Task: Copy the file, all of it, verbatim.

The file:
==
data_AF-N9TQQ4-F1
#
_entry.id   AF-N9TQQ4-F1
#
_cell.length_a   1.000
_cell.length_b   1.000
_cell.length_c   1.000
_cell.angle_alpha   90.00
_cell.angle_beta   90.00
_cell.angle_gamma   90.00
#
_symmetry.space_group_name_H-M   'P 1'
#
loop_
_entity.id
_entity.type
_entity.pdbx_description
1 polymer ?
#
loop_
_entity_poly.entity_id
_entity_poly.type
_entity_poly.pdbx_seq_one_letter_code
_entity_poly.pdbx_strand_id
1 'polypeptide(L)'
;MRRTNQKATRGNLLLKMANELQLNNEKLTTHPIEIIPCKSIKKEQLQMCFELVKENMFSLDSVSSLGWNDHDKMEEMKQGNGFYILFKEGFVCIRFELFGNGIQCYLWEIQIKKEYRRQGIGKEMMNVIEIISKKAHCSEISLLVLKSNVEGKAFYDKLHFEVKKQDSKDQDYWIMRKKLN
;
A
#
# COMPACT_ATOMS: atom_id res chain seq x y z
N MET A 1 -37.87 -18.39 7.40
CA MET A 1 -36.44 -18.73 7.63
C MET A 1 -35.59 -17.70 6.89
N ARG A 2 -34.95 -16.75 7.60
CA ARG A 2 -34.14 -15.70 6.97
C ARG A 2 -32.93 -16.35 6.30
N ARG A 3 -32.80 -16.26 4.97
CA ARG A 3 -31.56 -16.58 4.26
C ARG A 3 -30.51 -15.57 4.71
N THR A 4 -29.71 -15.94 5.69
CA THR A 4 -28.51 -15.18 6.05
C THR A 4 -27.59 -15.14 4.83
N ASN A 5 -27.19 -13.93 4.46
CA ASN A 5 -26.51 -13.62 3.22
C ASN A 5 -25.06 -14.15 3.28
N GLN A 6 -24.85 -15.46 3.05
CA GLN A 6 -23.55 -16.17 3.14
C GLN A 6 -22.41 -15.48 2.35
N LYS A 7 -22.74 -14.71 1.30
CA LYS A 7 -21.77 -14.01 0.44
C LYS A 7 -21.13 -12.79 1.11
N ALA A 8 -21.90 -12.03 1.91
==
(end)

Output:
data_AF-N9TQQ4-F1
#
_entry.id   AF-N9TQQ4-F1
#
_cell.length_a   1.000
_cell.length_b   1.000
_cell.length_c   1.000
_cell.angle_alpha   90.00
_cell.angle_beta   90.00
_cell.angle_gamma   90.00
#
_symmetry.space_group_name_H-M   'P 1'
#
loop_
_entity.id
_entity.type
_entity.pdbx_description
1 polymer ?
#
loop_
_entity_poly.entity_id
_entity_poly.type
_entity_poly.pdbx_seq_one_letter_code
_entity_poly.pdbx_strand_id
1 'polypeptide(L)'
;MRRTNQKATRGNLLLKMANELQLNNEKLTTHPIEIIPCKSIKKEQLQMCFELVKENMFSLDSVSSLGWNDHDKMEEMKQGNGFYILFKEGFVCIRFELFGNGIQCYLWEIQIKKEYRRQGIGKEMMNVIEIISKKAHCSEISLLVLKSNVEGKAFYDKLHFEVKKQDSKDQDYWIMRKKLN
;
A
#
# COMPACT_ATOMS: atom_id res chain seq x y z
N MET A 1 -37.87 -18.39 7.40
CA MET A 1 -36.44 -18.73 7.63
C MET A 1 -35.59 -17.70 6.89
N ARG A 2 -34.95 -16.75 7.60
CA ARG A 2 -34.14 -15.70 6.97
C ARG A 2 -32.93 -16.35 6.30
N ARG A 3 -32.80 -16.26 4.97
CA ARG A 3 -31.56 -16.58 4.26
C ARG A 3 -30.51 -15.57 4.71
N THR A 4 -29.71 -15.94 5.69
CA THR A 4 -28.51 -15.18 6.05
C THR A 4 -27.59 -15.14 4.83
N ASN A 5 -27.19 -13.93 4.46
CA ASN A 5 -26.51 -13.62 3.22
C ASN A 5 -25.06 -14.15 3.28
N GLN A 6 -24.85 -15.46 3.05
CA GLN A 6 -23.55 -16.17 3.14
C GLN A 6 -22.41 -15.48 2.35
N LYS A 7 -22.74 -14.71 1.30
CA LYS A 7 -21.77 -14.01 0.44
C LYS A 7 -21.13 -12.79 1.11
N ALA A 8 -21.90 -12.03 1.91